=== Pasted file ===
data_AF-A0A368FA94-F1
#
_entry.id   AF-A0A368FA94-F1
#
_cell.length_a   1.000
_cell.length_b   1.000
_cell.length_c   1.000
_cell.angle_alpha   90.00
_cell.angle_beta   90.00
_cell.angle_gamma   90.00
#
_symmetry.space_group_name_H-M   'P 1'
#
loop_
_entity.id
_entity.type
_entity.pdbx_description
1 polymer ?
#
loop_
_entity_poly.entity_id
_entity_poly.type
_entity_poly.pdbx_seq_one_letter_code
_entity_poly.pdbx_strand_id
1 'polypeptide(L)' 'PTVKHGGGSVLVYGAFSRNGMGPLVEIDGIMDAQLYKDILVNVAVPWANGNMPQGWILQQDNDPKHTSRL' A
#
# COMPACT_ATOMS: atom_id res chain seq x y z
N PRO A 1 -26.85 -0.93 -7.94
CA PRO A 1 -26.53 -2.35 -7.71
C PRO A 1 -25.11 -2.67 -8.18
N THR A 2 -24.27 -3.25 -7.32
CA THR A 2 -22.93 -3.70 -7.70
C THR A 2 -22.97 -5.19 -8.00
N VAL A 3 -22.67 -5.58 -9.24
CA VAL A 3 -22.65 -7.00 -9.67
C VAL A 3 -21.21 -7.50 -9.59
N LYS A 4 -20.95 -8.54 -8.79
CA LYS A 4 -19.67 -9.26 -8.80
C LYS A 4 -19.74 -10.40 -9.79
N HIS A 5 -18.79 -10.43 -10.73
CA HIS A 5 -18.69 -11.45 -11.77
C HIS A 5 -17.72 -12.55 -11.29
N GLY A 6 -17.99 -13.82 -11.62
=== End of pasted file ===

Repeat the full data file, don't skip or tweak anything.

data_AF-A0A368FA94-F1
#
_entry.id   AF-A0A368FA94-F1
#
_cell.length_a   1.000
_cell.length_b   1.000
_cell.length_c   1.000
_cell.angle_alpha   90.00
_cell.angle_beta   90.00
_cell.angle_gamma   90.00
#
_symmetry.space_group_name_H-M   'P 1'
#
loop_
_entity.id
_entity.type
_entity.pdbx_description
1 polymer ?
#
loop_
_entity_poly.entity_id
_entity_poly.type
_entity_poly.pdbx_seq_one_letter_code
_entity_poly.pdbx_strand_id
1 'polypeptide(L)' 'PTVKHGGGSVLVYGAFSRNGMGPLVEIDGIMDAQLYKDILVNVAVPWANGNMPQGWILQQDNDPKHTSRL' A
#
# COMPACT_ATOMS: atom_id res chain seq x y z
N PRO A 1 -26.85 -0.93 -7.94
CA PRO A 1 -26.53 -2.35 -7.71
C PRO A 1 -25.11 -2.67 -8.18
N THR A 2 -24.27 -3.25 -7.32
CA THR A 2 -22.93 -3.70 -7.70
C THR A 2 -22.97 -5.19 -8.00
N VAL A 3 -22.67 -5.58 -9.24
CA VAL A 3 -22.65 -7.00 -9.67
C VAL A 3 -21.21 -7.50 -9.59
N LYS A 4 -20.95 -8.54 -8.79
CA LYS A 4 -19.67 -9.26 -8.80
C LYS A 4 -19.74 -10.40 -9.79
N HIS A 5 -18.79 -10.43 -10.73
CA HIS A 5 -18.69 -11.45 -11.77
C HIS A 5 -17.72 -12.55 -11.29
N GLY A 6 -17.99 -13.82 -11.62